Crime statistics are one measure the community uses to judge our relative safety and security. They show the rate of recorded crime across local government areas or regions, and can highlight trends such as increases or decreases in types of crimes and how and where they are committed. The government uses crime statistics as an indicator of the effectiveness of criminal justice policies, and Victoria Police uses crime statistics to help determine its resourcing needs.
Given the importance of crime statistics in managing public safety and the high level of public attention and scrutiny they receive, it is important that they accurately reflect reported crime. Past reviews have revealed the misleading use of crime statistics and some cases that were recorded as resolved inappropriately.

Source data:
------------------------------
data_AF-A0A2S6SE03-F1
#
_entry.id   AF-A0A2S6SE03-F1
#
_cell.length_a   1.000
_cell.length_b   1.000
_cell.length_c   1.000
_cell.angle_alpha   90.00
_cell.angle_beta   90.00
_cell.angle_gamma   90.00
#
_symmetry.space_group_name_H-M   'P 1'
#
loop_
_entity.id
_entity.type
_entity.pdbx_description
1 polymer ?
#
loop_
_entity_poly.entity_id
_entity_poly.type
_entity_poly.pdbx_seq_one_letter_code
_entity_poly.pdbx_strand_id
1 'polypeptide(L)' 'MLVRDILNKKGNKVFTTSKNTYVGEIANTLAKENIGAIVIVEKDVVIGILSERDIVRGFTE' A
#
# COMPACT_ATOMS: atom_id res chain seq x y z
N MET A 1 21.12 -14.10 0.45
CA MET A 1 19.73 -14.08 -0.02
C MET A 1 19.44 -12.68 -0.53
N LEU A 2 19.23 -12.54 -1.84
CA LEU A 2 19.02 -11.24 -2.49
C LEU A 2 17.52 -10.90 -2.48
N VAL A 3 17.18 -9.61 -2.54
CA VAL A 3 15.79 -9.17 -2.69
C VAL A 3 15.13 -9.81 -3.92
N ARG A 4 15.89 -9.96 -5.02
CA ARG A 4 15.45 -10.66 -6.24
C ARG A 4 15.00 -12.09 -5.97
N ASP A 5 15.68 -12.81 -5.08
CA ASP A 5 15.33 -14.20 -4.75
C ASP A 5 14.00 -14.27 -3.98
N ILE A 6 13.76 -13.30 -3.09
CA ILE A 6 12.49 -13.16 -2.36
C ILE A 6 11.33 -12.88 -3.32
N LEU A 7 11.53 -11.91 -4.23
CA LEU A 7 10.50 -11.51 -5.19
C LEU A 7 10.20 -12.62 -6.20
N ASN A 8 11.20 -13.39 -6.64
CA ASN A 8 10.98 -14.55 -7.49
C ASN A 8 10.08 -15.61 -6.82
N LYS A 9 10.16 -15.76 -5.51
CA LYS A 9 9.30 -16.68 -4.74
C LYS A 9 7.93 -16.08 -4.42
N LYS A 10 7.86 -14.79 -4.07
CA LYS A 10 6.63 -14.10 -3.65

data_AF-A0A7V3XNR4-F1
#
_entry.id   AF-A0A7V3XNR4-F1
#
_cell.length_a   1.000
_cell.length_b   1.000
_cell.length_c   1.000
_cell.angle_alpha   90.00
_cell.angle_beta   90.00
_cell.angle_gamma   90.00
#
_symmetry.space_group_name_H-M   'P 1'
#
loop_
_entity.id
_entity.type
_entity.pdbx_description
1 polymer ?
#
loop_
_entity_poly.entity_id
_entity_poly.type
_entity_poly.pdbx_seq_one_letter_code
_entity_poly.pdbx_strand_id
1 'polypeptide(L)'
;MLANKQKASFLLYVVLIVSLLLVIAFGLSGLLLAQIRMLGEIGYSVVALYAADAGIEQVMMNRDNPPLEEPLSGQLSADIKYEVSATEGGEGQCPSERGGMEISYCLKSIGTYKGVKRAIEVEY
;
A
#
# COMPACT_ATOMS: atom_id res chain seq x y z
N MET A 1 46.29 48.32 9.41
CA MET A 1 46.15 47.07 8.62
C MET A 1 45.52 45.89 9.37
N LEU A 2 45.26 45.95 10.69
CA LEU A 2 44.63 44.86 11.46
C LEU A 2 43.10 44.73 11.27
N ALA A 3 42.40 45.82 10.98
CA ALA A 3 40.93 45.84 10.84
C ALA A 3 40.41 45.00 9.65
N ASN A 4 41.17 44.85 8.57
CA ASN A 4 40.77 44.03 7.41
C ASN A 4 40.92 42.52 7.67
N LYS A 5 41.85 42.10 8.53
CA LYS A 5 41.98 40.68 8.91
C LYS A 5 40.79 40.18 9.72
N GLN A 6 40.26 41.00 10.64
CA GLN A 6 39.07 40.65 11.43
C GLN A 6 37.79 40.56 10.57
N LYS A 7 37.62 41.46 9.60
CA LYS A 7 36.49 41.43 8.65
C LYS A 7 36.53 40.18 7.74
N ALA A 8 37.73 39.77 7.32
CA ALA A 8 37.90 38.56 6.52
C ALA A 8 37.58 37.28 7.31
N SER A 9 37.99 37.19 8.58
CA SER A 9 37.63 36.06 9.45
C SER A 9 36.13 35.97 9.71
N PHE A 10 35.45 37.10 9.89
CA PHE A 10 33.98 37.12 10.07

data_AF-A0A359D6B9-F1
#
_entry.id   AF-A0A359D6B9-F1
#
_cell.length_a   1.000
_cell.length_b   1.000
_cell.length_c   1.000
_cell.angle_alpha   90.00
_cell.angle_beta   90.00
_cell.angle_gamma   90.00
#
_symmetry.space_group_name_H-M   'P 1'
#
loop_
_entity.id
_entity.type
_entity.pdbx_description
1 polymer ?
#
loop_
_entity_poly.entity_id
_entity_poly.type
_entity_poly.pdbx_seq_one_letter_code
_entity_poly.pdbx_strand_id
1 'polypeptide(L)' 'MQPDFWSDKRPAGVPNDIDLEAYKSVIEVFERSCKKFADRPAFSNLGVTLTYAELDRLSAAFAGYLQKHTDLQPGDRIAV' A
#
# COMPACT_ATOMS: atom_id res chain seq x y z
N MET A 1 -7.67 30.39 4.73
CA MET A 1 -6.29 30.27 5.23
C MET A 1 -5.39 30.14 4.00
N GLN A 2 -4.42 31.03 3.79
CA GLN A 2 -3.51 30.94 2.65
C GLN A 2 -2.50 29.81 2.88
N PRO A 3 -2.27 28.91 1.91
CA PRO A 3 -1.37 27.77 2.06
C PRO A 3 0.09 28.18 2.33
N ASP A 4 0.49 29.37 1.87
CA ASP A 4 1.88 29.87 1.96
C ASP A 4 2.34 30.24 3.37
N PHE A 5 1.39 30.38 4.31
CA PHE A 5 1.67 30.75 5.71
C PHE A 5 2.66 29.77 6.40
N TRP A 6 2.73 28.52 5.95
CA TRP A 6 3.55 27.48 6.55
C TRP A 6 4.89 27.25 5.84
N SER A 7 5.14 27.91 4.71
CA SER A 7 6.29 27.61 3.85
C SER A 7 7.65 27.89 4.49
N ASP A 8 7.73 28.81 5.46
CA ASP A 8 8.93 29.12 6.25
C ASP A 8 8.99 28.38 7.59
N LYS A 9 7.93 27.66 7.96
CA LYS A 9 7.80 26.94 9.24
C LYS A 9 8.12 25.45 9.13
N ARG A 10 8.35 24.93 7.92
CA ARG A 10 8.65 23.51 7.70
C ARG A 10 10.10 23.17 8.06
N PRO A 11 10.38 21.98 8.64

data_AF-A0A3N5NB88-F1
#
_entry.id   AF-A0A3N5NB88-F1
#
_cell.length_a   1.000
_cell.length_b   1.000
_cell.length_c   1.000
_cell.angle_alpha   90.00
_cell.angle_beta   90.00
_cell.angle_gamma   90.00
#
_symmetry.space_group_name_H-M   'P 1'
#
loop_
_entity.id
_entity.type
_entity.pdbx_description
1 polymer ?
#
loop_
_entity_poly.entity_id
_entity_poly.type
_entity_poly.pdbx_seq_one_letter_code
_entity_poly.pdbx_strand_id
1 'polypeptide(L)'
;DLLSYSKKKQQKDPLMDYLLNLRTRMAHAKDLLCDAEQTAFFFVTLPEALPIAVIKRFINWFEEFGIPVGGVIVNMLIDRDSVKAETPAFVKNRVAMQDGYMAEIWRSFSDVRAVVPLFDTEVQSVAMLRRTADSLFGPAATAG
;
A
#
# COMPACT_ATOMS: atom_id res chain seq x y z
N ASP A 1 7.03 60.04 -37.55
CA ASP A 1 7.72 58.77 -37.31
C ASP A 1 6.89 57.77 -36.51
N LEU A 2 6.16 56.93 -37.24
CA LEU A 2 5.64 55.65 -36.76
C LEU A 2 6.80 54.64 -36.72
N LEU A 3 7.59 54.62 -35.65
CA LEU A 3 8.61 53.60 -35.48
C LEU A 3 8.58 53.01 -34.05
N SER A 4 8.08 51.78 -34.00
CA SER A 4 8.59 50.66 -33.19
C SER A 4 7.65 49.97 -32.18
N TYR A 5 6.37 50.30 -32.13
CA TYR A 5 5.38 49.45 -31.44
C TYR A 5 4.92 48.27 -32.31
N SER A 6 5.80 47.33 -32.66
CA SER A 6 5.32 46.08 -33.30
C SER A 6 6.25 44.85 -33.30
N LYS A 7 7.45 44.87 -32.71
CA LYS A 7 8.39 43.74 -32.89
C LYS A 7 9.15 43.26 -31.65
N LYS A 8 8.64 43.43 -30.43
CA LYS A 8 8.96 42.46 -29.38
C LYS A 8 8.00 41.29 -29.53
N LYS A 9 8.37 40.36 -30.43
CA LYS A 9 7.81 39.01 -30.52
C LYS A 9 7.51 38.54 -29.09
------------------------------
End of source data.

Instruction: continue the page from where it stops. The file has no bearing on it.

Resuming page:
Victoria Police collects, reviews and records information on crimes—and the victims and alleged offenders involved—in its Law Enforcement Assistance Program (LEAP) database. The Crime Statistics Agency (CSA), part of the Department of Justice and Regulation, converts data extracted from LEAP into statistics which it publishes on its website quarterly.
In this audit, we examined whether crime data is reliable and effectively used for decision-making. We focused on the completeness, accuracy and timeliness of Victoria Police data and the methodology used by CSA to analyse and publish crime statistics. We made nine recommendations for Victoria Police.